I tried all the usual suspects for copy stands. Bought, modified and junked them all.

    I was doing a lot of 20X24" images on 28X32 paper, copying very good color pencil on high grade paper. Not all the same size. All different. Each a one off masterpiece.

    Lighting was a problem until I set up a room sized copy stand.

    I now use an 9ft tall Arkay Camera stand, and 3 Paul C Buff Einstein strobes on C-stands. I use a grid to align the DSLR with 20" monitor. Then I lock down the camera and consider lighting.

    With a very while 11 ft tall ceiling as reflector I opposite bounce 2 strobes on the long dimension. Since the Arkay stand is on one short side, I put a large white bounce card there and the third strobe opposite. I also have to consider camera shadow.

    Then I tune the light for evenness over the subject area with my spotmeter.

    Last is manual focus locked down with gaff tape.

    I also add popsicle sticks marked for direction as his work is difficult to know which way is up.

    Then I am ready for the whirlwind. This guy is way more manic than I. We talk and work fast and I try to slow him down. He unpacks his portfolio. I have him place the art. I center it. Then pop about 5 shots of each. Usually about 20 in 30 minutes and he is gone.

    He takes all the art with, despite my desire to have it to compare color...

    So I run it all through PS and do what I think best, which does involve slight edge cropping, squaring his hand made art and color correction.

    I also make him small sales books to carry into galleries. I resize all his work for online gallery submissions. Which vary.

    His work sells for $1000 each and up. No frame. This is his hobby, it helps him relax after a day of actual Government work. It looks computer made as it's often geometrical, but all hand done with amazing perfection.

    I also lecture him about data protection as once somebody steals his work it is gone.

    We did this for 5 years. Then I moved far away. He has found no one to replace me.

    So it goes
    sin eater

  10. #10
    Drew Wiley
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    Re: Lighting for a copy stand

    I've made and used some pretty fancy copy setups. But I eventually tossed em out due to space limitations - had to find another enlarger station, and in this case, a fairly big Durst L184 color unit. So what I did is machine a lensboard for the Durst enlarger with a little hole accepting a regular 3/8-16 inch tripod head bolt, though in this case, a longer bolt going through an extra spacer too, to give the pan/tilt head more clearance, enough for either P67 copy applications or a Nikon DLSR, as well as my film Nikon. I already had appropriate copy lenses for these cameras. Then I fitted arms to the enlarger baseboard to hold copy lights on either side. In this case the baseboard is quite large; but in principle, any enlarger with vertical column (preferably) can be adapted for copystand use without giving up its primary use as an enlarger. Mine almost instantly goes back and forth. I'd post an image except for the fact this current computer still needs a bit of software interface tweaking to do so; and it's my wife's computer, not mine for imaging purposes.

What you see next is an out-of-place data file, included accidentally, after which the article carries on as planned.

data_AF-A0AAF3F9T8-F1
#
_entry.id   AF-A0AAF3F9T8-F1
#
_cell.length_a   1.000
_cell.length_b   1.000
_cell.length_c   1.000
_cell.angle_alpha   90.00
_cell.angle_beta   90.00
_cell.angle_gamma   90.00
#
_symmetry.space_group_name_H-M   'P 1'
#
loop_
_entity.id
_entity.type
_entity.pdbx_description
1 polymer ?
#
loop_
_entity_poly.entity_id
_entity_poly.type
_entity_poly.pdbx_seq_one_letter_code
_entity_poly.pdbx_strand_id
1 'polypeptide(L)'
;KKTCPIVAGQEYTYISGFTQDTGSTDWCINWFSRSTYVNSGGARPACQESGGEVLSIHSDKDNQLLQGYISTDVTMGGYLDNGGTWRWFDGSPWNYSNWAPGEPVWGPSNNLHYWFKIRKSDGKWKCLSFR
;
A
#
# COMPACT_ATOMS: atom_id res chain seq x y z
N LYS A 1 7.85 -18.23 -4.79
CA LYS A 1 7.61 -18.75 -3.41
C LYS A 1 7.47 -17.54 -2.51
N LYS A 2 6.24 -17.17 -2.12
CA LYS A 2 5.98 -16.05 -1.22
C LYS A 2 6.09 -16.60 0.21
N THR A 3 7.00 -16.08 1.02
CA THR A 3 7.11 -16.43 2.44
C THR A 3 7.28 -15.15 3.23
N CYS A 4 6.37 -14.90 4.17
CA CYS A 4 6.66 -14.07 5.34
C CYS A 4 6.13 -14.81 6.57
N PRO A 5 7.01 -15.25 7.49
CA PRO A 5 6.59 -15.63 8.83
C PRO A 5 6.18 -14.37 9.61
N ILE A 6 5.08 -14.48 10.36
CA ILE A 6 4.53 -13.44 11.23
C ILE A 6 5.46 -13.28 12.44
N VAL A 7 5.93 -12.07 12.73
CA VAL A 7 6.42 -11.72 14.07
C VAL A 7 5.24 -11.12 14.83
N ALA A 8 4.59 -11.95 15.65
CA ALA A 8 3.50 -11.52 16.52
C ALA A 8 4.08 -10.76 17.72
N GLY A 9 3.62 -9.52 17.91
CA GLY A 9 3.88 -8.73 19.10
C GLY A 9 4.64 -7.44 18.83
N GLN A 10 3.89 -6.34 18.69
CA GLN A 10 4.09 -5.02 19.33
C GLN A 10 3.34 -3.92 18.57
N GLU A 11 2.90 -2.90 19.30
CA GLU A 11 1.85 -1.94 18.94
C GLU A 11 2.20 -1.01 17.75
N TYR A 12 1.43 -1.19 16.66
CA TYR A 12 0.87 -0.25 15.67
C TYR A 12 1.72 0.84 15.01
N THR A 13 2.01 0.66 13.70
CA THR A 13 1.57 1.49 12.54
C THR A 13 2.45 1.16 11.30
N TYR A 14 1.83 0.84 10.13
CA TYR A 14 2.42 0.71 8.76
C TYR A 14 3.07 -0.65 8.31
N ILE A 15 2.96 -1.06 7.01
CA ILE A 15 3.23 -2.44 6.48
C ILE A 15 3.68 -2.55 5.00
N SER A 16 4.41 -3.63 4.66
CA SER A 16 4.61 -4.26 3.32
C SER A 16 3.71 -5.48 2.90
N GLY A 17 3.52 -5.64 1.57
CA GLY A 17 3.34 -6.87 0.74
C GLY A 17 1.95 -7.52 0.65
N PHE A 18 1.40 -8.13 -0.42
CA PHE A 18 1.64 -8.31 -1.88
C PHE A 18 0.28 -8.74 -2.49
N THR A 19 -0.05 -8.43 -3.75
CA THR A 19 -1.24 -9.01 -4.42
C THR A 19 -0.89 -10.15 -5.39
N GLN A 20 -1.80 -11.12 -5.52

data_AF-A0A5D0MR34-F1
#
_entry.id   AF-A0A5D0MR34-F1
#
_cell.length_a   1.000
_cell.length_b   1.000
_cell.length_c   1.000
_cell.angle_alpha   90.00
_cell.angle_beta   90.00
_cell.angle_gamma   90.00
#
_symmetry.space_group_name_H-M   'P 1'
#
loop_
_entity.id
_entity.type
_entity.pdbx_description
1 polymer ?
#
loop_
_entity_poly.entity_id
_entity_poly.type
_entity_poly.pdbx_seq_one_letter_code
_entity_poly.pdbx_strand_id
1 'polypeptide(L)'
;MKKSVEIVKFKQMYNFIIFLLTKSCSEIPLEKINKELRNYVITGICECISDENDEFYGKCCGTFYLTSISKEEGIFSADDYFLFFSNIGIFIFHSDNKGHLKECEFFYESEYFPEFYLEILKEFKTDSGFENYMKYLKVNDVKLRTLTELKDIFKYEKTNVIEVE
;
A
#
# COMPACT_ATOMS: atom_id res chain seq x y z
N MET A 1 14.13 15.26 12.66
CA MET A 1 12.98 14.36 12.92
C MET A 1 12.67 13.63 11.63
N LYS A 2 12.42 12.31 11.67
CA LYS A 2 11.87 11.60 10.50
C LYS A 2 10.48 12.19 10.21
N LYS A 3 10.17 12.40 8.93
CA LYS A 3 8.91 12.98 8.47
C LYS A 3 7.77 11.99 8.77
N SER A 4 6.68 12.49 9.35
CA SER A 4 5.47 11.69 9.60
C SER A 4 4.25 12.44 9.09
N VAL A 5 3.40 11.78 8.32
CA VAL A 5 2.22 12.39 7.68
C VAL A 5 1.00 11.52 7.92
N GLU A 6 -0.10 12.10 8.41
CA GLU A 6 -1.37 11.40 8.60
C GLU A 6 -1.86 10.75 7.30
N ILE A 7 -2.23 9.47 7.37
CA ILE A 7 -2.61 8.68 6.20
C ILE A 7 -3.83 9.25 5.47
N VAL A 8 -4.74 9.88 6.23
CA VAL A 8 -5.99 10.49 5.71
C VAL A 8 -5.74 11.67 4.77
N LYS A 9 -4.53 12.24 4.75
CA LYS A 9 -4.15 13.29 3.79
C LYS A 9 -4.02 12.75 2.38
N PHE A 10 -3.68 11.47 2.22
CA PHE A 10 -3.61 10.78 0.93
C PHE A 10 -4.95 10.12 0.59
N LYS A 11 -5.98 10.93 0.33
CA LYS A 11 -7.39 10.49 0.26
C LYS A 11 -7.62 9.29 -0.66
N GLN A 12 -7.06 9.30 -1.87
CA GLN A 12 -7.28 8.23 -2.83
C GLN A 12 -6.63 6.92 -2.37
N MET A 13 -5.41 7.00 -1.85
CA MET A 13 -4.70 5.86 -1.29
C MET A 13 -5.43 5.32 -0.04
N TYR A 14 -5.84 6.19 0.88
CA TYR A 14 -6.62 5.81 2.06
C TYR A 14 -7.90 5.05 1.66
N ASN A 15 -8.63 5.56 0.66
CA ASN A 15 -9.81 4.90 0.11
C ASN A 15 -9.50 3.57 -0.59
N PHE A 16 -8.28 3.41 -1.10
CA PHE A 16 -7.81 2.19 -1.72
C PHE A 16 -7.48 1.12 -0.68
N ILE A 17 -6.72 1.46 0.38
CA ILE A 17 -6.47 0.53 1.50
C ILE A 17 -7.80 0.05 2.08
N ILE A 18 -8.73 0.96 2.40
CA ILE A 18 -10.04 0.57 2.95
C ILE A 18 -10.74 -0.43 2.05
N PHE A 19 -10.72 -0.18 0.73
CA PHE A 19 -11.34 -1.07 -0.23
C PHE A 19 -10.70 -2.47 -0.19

Now lights. I have an excellent set of old Lowell hot lights with barndoors and gels holders which I previously used. But hot lights are indeed hot, and make the workspace uncomfortable, and burn out bulbs from time to time. Primitive photoflood bulbs will work if you're own a tight budget. But I thought it was time to rethink this and do something a bit more luxurious; and besides, my opthamologist wants me to stay completely away from bright lights to minimize cataract risk in old age. So I did some research on current LED panel options and finally settled on a pair of Savage rim lights that had good even illumination without any pattern showing on an even surface (a symptom of some LED panels). These are mid-priced units but plenty powerful for copy use. The rated color temperatures are never correct because they don't take into account the yellowing effect of the diffusion material itself or differences between specific lights. But these particular units have both an adjustable color temp and adjustable lumen output. So using a big sheet of medium gray matboard, a spotmeter, and a color temp meter, I adjusted the lights for perfectly even illumination (in this case, NOT at 45 degrees - they differ from spotlights), both matched to 4500K, which yields excellent color accuracy using a MacBeath Color Checker chart and my DLSR set to 5000K. The only minor tweak it needed is a pale salmon Sing Ray KN filter, though an ordinary skylight filter is nearly as good. This seems to give better accuracy than fooling with the internal app on the camera. I was lucky to run into an inspected and warranted Df Nikon which sold for a third of the normal price because it had been dropped and dented, luckily, where this had no functional effect. This particular model is nice because it has dial controls on the top which are accessible when the camera is mounted vertically on the stand. But this was a brief rainy weather project now on hold, since I've already tested it. It's actual color printing season for me now.